120studio.com
February 2015


Background


The Smena 8M is an all-manual, scale-focus camera made in the Soviet Union.   It takes standard 35mm film.

In this Classic Review, we're going to look at the features, quirks, and some recommendations for basic use.


A Quick Note


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In This Article


Meet the Smena 8M

Some Specs

Basic Use

Build Quality & Light Leaks

Shutter Speeds

Lens

Focusing

More About Focusing

Wide Angle Distortion

Other Features

Similar Cameras

Price / Value

Conclusion







Meet The Smena 8M

One of the most popular cameras in the whole world was the Kodak Instamatic, of which at least fifty or sixty million were produced if you add up all the different models. 

I was always taught the USSR was an evil, backward nation that couldn't tie their shoes correctly.  Evil perhaps, but it looks like the shoe-tying thing wasn't true. The Soviets managed to produce some 21 million Smena 8M's.   

One
model of camera, and they made over 21 million of them!  That is a world record for one camera model.  As I understand, it's actually in the Guinness Book.   Kodak never even sold that many of any single camera model.  (The "Instamatic" was actually a group of several different ones that kept being 'updated' so they could sell more.)

Imagine my even greater surprise when I learned that the Smena 8M is fundamentally a much better camera than the Kodak Instamatics.   In fact, there's not even a comparison.  The Smena 8M is arguably the best cheap-plastic camera ever made.

(Kodak film is still awesome, though.)

Viewfinder cameras with scale-focus and manual settings were popular in the USA and Europe in the mid Twentieth Century.  Later, imperialist marketing departments decided that everyone was too dumb to use these properly.   Gradually, more "auto" features began to appear in these small cameras.  By the Eighties, virtually no one in the West was offering this type of camera.  

They had either gone over to auto-everything, or else the cameras were completely dumbed-down into single-aperture, single-shutter-speed trashcams.  (You know you want an Ultronic, though.)

In the USSR, there wasn't as much market pressure.   Well, actually there was not really any market pressure.  If something worked well, they just kept making it. 

Although some "auto" cameras (such as the Vilia Auto) were produced, the basic scale-focus models were still being made all the way through the collapse of the Soviet Union in 1991. 

And that's how we're able to get this great camera today.

Most of the "auto" cameras from that era are now useless;  their selenium-cell light meters have failed.  Meanwhile, the all-manual cameras such as the Smena 8M are often still working.  Because there were so many of them made, you should be able to find a good one easily.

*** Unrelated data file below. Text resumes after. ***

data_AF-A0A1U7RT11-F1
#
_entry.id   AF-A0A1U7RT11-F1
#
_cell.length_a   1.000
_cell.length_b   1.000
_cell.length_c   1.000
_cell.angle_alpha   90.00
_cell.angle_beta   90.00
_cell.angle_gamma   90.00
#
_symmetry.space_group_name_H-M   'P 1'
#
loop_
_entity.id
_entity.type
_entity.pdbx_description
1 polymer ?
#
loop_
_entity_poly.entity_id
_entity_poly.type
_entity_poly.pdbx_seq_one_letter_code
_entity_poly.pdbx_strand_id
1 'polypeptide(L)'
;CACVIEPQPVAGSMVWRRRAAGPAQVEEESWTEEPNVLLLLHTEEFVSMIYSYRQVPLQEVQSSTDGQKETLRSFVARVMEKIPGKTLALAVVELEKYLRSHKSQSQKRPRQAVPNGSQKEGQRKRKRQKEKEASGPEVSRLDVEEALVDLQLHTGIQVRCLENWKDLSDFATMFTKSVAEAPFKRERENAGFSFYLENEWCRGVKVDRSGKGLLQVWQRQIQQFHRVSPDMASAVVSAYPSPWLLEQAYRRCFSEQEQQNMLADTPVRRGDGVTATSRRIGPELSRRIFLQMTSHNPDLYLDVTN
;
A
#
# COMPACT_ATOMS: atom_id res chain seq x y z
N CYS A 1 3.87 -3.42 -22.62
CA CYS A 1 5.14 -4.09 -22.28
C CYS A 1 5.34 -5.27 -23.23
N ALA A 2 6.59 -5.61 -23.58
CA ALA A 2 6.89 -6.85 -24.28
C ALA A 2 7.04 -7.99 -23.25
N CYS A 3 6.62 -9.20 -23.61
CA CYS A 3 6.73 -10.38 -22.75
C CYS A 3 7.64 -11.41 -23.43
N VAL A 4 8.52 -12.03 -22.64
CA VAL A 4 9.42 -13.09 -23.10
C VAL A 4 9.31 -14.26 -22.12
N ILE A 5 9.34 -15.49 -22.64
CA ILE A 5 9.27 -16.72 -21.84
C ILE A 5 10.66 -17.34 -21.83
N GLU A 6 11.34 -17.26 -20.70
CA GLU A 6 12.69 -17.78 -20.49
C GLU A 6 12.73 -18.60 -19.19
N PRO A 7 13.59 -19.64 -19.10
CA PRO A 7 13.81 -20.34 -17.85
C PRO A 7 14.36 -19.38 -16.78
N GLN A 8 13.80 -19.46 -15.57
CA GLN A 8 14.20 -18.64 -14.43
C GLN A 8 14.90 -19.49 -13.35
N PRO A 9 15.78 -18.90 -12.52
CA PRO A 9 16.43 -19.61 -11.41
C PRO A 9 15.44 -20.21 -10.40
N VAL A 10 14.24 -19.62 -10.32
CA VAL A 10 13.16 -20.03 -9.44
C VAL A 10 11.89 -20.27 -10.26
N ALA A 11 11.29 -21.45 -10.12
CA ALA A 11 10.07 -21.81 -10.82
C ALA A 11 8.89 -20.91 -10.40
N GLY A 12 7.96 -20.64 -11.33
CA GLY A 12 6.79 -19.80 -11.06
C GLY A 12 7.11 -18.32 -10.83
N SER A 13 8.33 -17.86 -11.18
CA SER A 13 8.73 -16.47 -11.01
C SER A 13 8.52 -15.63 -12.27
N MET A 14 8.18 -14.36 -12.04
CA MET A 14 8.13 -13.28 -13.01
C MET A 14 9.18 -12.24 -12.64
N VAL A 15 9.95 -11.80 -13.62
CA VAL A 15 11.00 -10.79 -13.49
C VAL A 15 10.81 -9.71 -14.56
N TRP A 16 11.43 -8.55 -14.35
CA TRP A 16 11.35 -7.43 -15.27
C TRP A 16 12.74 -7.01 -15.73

Some Specs

Aperture Blades:  8
Aperture Range:  f/4 - f/16 (manual only)
Batteries:  none
Cable Release Socket:  Yes
Exposure Control:  Manual only
Film Advance:  Manual, Thumbwheel type
Film Rewind:  Manual (see "Other Features")
Filter Size:  35.5 mm
Flash:  Cold shoe with PC sync connector (on lens barrel)
Flash Sync:   X-sync across the full range, through 1/250th
Focus:  Manual, Scale-Focus
ISO / ASA Range:  Not important, since you set everything manually anyway
Lens:  "T43", a coated 40mm Cooke triplet.  Fixed / non-interchangeable.
Manual Exposure Modes:  Yes
Made In:  USSR (Leningrad)
Metering / Exposure:  None / All-Manual
Minimum Focus Distance:  1 meter
Self-Timer:  None
Shutter Speeds:  Bulb;  1/15th to 1/250th sec.
Shutter Type:  Leaf
Viewfinder:  Simple tunnel viewfinder, 1:1 view
Weatherproofing:  No
Weight:   Somewhere just under 300 grams
Years of Manufacture:  1970-1993, or '95 according to some.
Zoom Range:  none




Basic Use

Film loading is straightforward.   If you've used just about any other 35mm camera made in the Seventies or Eighties, then you can probably figure out how to load the 8M.

The viewfinder seems to correspond (mostly) with what you'll actually get in the picture (1:1 view).  There will be some parallax error if you're very close.  Unlike the Vilia, there is no brightline, and no parallax-correction line.  The 8M has a very plain viewfinder.

Some people say the framing is very inaccurate, but I don't find that to be the case.  Maybe it's because I'm so accustomed to using cheap viewfinder cameras.

The photo below ("Cold Drinks") actually corresponds pretty closely to what I remember seeing through the viewfinder. I know this because what I wanted in the picture is in the picture, and nothing really else.